1. The inclusion of the express withdrawal clause did not provide a strong or any indication that clause 11 was a condition. Historically, withdrawal clauses were included in charterparties to put beyond argument the shipowner’s entitlement to terminate the charterparty where the charterer had failed to make a timely payment of hire. As such, the withdrawal clause merely furnishes owners with an express contractual option to terminate on the occurrence of the event specified in the clause. Thus, the mere presence of a withdrawal clause gives no indication as to the consequences intended by the parties to flow from the exercise of the contractual termination clause.

  1. The most pertinent guidance from the authorities in the present context was the need not to be “too ready” to interpret clause 11 as a condition – indeed only to do so if the charterparties, on their true construction, made it clear that clause 11 was to be so classified: see Bunge v Tradax [1981] 1 WLR 711. As a matter of contractual construction, the charterparties did not make it clear that clause 11 was to be categorised as a condition. Clause 11 did not expressly make time of the essence. Not did it spell out the consequences of breach (in contrast to the NYPE 2015 form). Furthermore, breaches of clause 11 could range from the very trivial to the grave.

  1. Any general presumption of time being of the essence in mercantile contracts was not of significance or assistance in the present case. First, there was only limited scope for general presumptions in the specific, detailed and specialist context of payment of charterparty hire. Secondly, any presumption that time is generally of the essence in mercantile (or commercial) contracts does not generally apply to the time of payment, unless a different intention appears from the terms of the contract.

  1. The anti-technicality clause does not strengthen the case for the timely payment of hire being a condition of the charterparties. The anti-technicality clause does no more and no less than protect the charterers from the serious consequences of a withdrawal in the case of a failure to pay hire on “technical grounds”.

  1. Considerations of certainty are of major importance in the commercial context. But it is a question of striking the right balance. Classifying a contractual provision as a condition has advantages in terms of certainty; in particular, the innocent party is entitled to loss of bargain damages (such as they may be) regardless of the state of the market. Where, however, the likely breaches of an obligation may have consequences ranging from the trivial to the serious, then the downside of the certainty achieved by classifying an obligation as a condition is that trivial breaches will have disproportionate consequences. Considerable certainty could still be achieved by clause 11 being a contractual termination option. The trade-off between the attractions of certainty and the undesirability of trivial breaches carrying the consequences of a breach of condition is most acceptably achieved by treating clause 11 as a contractual termination option.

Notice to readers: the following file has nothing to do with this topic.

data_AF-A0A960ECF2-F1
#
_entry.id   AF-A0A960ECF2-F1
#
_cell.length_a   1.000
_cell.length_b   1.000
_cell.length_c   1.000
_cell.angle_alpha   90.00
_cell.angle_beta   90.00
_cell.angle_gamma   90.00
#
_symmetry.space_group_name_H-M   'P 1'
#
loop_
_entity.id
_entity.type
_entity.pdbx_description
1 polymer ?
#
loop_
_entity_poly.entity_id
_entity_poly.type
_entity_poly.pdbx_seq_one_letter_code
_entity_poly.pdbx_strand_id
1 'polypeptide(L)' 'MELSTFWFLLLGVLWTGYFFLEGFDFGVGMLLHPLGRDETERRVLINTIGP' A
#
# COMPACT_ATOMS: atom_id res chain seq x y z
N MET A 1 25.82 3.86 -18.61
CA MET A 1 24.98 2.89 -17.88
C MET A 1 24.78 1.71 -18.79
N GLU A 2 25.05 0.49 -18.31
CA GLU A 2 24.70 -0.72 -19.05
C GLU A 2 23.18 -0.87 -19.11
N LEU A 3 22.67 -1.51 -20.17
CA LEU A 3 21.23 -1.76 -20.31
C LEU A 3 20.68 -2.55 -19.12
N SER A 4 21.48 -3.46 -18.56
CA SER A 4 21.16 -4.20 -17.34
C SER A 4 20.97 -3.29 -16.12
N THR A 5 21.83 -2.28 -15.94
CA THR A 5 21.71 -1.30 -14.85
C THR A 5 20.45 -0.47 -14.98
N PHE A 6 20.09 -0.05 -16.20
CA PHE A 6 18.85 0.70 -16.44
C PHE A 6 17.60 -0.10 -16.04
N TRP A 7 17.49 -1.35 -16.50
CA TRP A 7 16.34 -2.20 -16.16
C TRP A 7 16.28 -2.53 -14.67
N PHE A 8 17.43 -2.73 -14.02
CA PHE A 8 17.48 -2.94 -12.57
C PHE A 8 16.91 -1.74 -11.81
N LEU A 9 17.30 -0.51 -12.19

1. The general view of the market has been that the obligation to make timely payments of hire is not a condition.

Hamblen LJ agreed with Gross LJ and added further observations of his own.

Of particular importance, is Hamblen LJ’s conclusion that it is not necessary to construe the obligation to pay hire timeously as a condition in order to give it commercial effect on the grounds that it is the owner’s only real protection in a falling market.

As Gross LJ also observed, certainty is provided by the withdrawal clause and there may be good reasons to invoke the clause notwithstanding a falling market (e.g. where the charterers are insolvent or owners depend on prompt payment to fund payments under a head charter or charterers’ payment record occasions administrative or other difficulties).

The Court was not, therefore, persuaded by the “provisional view” expressed by Lord Phillips in the Cedric Barclay Lecture 2015 that the obligation to pay hire is a condition because otherwise the right to withdraw would be “worthless” in a falling market.

Sir Terence Etherton MR agreed with both judgments. He summarised his conclusions on the Condition Issue in three propositions:

  1. There is no authority binding on the Court of Appeal as to whether or not the stipulated time for payment of hire in each of the charterparties was a condition.

  1. Whether the time payment stipulation was a condition is a question of interpretation of each of the charters. However, there is some authority to the broad effect that, in the absence of a clear indication to the contrary, the court leans against the interpretation of a contractual term as a condition (viz. Bunge v Tradax).

  1. The time payment stipulation was, on the proper interpretation of the charters, an innominate term. There is no presumption in a mercantile contract that a stipulated time for payment is a contractual condition. There is, in any event, no scope for any such presumption in the present case in view of the comprehensive terms of the charterparties.

(2) The Renunciation Issue